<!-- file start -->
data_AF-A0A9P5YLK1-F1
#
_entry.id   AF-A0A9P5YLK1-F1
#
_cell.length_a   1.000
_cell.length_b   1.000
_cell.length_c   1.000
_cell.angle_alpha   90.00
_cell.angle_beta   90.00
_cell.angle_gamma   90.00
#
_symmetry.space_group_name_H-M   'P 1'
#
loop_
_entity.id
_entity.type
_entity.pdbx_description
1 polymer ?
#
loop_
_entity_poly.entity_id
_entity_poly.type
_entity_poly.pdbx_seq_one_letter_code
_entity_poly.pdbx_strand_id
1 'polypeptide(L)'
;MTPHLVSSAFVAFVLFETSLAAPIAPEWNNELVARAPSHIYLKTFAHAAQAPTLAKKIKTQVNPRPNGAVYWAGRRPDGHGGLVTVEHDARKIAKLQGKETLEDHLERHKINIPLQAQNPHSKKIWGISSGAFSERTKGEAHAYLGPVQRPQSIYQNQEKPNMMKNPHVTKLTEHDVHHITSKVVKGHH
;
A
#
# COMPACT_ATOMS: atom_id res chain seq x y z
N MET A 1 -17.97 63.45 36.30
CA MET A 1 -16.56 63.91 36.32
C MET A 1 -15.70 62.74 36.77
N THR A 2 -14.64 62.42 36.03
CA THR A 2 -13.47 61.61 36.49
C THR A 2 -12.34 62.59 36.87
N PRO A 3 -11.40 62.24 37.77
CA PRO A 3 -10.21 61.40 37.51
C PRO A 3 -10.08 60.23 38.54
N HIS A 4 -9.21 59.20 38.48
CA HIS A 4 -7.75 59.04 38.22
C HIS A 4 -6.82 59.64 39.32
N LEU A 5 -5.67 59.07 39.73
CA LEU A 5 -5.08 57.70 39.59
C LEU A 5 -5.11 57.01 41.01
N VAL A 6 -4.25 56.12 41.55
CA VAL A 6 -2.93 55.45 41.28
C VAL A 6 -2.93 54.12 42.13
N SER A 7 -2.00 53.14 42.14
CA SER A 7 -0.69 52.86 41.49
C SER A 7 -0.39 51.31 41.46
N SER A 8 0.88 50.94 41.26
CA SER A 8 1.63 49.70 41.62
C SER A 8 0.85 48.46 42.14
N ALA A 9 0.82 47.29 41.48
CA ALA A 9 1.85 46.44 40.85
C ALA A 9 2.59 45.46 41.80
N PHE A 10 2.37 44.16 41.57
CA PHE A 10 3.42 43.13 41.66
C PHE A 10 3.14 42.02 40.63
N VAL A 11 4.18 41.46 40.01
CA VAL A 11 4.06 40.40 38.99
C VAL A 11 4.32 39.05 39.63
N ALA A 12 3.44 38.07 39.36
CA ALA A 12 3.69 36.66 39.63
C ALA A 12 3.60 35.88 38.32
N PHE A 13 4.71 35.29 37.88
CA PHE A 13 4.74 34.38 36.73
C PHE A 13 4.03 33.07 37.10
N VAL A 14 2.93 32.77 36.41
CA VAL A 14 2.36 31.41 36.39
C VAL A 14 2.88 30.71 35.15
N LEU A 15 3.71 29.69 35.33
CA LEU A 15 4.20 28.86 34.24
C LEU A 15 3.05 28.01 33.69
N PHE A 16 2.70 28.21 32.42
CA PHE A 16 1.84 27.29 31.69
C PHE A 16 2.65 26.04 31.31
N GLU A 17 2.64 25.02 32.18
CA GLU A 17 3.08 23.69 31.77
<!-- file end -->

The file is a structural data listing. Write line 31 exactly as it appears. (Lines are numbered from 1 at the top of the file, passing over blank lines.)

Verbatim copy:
N MET A 1 -17.97 63.45 36.30